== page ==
Gas Gangrene in Thoroughbred racehorses

The label reads, "Banamine Injectable Solution in as anti-inflammatory and analgesic. Used in horses for the alleviation of inflammation and pain associated with musculoskeletal disorders and for the alleviation of visceral pain associated with colic. Each ml of Banamine Injectable Solution contains flunixin meglumine equivalent to 50 mg flunixin.

We had a post in the pipeline regarding gas gangrene in racehorses. It just so happens the Ray Paulick Report has written about it too.

One drug that causes gas gangrene and regularly given to racehorses is the drug Banamine®.

The Paulick Report post entitled ‘Gas Gangrene’ An Equine Emergency, begins the article describing this serious, life threatening side effects of this type of drug.

Caslon Quote Left BlackA rare-but-serious bacterial infection, clostridial myositis, causes inflammation, muscle death and the release of toxins into a horse’s bloodstream. Prompt intervention with aggressive antibiotic treatment and wound debridement is key to a horse’s survival.

Also called gas gangrene, myonecrosis or malignant edema, it occurs most often in horses that have received an injection in their muscle. Affected horses will have swelling, heat and pain surrounding the injection site within 6 to 72 hours; the disease progresses swiftly and a horse’s condition may decline rapidly. Death may occur.”

andCaslon Quote Left Black[Gas gangrene] has been reported following IM injections of vaccines, phenylbutazone, ivermectin, antihistamines, vitamins, prostaglandins, and most commonly, flunixin meglumine (Banamine). It is not fully understood how the spores penetrate the muscle, whether they arrive at the time of injection or if the bacteria are present in the intestine and brought to the muscle via the bloodstream.”


What the article describes but doesn’t show you is an image of what the treatment for gas gangrene looks like, such as this one.

The Paulick Report continues:

Caslon Quote Left Black

Treatment involves creating large incisions into the muscle and fascia to expose the bacteria to oxygen and removing dead tissue. Horses should receive supportive care and are typically treated with high doses of penicillin and fluids.

Horses that survive the initial stages of the disease have a good prognosis, though the wounds that are made by the veterinarians to expose the bacteria to air may take months to heal completely.”


“Horses that survive .  .  .  .”

This is just what American racehorse owners and trainers and their apologists are running around the country defending and asserting it is their every right to do. And how dare we, the bleeding heart public and animal rights extremists protest this and call them into question.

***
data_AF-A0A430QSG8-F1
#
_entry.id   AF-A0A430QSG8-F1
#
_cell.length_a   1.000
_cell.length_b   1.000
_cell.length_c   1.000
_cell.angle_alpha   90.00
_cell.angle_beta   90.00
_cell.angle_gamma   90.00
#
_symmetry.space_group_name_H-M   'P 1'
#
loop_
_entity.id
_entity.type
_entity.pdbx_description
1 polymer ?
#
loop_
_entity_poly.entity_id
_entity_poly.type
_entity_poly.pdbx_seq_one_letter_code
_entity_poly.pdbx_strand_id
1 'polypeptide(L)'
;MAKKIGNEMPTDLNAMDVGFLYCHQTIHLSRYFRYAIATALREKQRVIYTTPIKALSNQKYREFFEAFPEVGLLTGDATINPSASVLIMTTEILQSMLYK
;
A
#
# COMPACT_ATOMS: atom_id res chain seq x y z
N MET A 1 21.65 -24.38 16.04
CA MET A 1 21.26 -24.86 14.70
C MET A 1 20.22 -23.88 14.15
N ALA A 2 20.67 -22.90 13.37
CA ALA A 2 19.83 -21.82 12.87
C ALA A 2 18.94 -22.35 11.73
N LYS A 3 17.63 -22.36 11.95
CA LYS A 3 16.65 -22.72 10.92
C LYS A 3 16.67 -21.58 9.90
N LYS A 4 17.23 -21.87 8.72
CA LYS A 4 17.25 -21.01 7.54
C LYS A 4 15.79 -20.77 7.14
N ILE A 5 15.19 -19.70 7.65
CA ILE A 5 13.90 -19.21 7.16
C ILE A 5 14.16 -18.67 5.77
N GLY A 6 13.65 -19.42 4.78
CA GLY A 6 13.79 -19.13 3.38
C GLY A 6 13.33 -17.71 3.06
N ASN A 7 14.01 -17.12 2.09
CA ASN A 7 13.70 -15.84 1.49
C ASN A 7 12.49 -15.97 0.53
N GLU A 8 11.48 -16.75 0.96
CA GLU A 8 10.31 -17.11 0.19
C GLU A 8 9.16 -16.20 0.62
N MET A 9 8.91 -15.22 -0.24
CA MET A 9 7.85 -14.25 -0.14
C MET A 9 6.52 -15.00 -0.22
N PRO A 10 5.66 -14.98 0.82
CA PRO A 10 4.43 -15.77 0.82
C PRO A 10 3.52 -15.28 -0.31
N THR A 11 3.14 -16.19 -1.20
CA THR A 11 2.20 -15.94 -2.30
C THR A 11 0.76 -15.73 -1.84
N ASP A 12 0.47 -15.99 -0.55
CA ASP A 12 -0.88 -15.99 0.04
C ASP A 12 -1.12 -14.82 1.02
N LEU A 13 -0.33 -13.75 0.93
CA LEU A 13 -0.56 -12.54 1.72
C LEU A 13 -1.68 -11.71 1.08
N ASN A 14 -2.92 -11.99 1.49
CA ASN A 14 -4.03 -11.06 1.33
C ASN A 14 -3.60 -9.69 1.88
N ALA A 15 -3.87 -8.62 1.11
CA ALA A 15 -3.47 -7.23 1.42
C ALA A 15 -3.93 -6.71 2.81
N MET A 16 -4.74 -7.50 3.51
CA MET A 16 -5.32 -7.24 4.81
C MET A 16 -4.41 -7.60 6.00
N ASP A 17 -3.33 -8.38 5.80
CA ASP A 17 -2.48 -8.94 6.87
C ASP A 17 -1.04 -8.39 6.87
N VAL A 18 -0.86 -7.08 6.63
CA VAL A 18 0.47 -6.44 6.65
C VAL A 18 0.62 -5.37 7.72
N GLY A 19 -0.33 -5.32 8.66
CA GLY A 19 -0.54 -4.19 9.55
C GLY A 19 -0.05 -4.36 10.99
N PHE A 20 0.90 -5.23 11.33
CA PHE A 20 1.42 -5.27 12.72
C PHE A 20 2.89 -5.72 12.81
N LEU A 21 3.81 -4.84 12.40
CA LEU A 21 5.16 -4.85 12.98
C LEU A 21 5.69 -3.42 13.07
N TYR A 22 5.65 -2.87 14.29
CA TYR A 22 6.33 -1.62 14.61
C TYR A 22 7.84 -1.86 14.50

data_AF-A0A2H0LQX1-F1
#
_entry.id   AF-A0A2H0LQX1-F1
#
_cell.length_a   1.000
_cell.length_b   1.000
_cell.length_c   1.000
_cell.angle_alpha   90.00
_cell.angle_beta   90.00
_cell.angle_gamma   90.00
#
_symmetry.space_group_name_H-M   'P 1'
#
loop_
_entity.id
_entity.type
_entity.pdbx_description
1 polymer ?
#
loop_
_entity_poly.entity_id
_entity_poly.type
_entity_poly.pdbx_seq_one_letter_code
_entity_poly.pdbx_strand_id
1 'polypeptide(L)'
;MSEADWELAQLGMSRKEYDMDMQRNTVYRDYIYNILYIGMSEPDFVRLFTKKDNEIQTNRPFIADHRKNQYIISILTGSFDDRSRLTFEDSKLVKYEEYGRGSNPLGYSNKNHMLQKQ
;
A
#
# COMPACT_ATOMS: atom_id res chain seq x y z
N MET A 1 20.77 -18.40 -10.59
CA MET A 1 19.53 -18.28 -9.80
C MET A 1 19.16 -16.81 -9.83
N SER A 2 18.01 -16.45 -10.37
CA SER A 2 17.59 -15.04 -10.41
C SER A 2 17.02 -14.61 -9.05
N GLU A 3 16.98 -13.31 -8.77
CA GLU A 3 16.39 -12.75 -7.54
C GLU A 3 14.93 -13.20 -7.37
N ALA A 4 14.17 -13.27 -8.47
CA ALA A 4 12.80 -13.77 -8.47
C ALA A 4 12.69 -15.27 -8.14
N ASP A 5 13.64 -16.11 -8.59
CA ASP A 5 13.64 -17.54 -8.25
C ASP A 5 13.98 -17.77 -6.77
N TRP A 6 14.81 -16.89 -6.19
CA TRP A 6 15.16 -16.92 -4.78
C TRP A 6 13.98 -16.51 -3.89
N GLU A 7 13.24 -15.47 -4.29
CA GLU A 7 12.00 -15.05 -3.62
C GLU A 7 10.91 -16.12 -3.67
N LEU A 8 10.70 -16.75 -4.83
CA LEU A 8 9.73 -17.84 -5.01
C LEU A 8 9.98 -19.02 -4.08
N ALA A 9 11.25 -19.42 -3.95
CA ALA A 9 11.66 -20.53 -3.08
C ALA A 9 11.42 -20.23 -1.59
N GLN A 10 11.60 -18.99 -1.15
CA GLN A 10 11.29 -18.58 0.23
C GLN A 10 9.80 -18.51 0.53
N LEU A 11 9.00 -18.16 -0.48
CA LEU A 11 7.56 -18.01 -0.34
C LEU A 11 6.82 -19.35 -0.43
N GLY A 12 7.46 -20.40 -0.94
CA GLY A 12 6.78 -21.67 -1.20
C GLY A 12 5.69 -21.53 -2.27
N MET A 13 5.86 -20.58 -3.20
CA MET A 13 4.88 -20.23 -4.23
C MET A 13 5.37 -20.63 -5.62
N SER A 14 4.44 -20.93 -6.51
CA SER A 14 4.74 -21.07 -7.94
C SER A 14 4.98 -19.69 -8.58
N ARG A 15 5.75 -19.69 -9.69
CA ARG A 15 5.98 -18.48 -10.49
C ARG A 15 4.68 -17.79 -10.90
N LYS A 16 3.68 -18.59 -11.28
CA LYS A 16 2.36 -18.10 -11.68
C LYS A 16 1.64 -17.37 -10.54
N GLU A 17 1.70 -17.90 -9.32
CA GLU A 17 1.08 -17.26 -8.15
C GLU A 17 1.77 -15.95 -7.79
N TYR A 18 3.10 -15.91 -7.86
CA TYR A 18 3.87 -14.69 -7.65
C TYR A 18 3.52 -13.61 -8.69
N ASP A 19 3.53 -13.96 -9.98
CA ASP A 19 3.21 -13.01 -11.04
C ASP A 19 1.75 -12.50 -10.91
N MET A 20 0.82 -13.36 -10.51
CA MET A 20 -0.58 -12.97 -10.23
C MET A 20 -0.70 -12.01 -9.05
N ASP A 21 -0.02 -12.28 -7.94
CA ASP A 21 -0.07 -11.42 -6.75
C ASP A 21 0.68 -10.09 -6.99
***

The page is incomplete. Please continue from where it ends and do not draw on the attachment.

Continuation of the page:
The most sickening quote of all from horse racing is constantly saying how much they love their horses. Totally. Nauseating.

This condition is drug induced. They know that this can happen. Yet they ask us to trust them — who support situations like this as “business as usual” and “their right to do” to an innocent animal totally dependent on them for their health, safety and welfare.

We can’t see American horseracing ever doing right by the racehorse.

How can we possibly accept there will ever be reform when it looks such a no hoper? What would that reform actually look like, how long would it last and how can we have even a glimmer of expectation it would actually be implemented?

It’s alright for us to fight, debate, report, and expose horse racing in an effort to make them clean up their act — or better yet simply go away — no matter how long it takes. We aren’t the ones being drugged, tortured and run to death on a racetrack. Whatever we decide, we need to do it quickly and comprehensively.

In the meantime, you the gambler is ultimately responsible. It’s all about “the handle”. That is what keeps horse racing alive. But you wring your hands and bemoan the fate of racehorses, like you really care. It looks to us that what you are truly worried about is that horse racing itself might actually come to an end. Why not admit it? How tragic it all is for the racehorse. It’s not like there is nothing else to bet on.


The Chemical Horse


You can find Banamine® in Part 4.

Table of Contents

Part 1: Introduction | Part 2: Historical Aspects | Part 3: The Inception of Drug Testing | Part 4: Drugs and Their Actions | Part 5: Policies and Tactics | Part 6: Class 3 Drugs — Performance Enhancing or Not? | Part 7: Class 4 Drugs — Harmless Therapeutics? | Part 8: The Unclassifieds | Part 9: The Call for Reform | Part 10: Who Rules?

The abuse and death that is American horse racing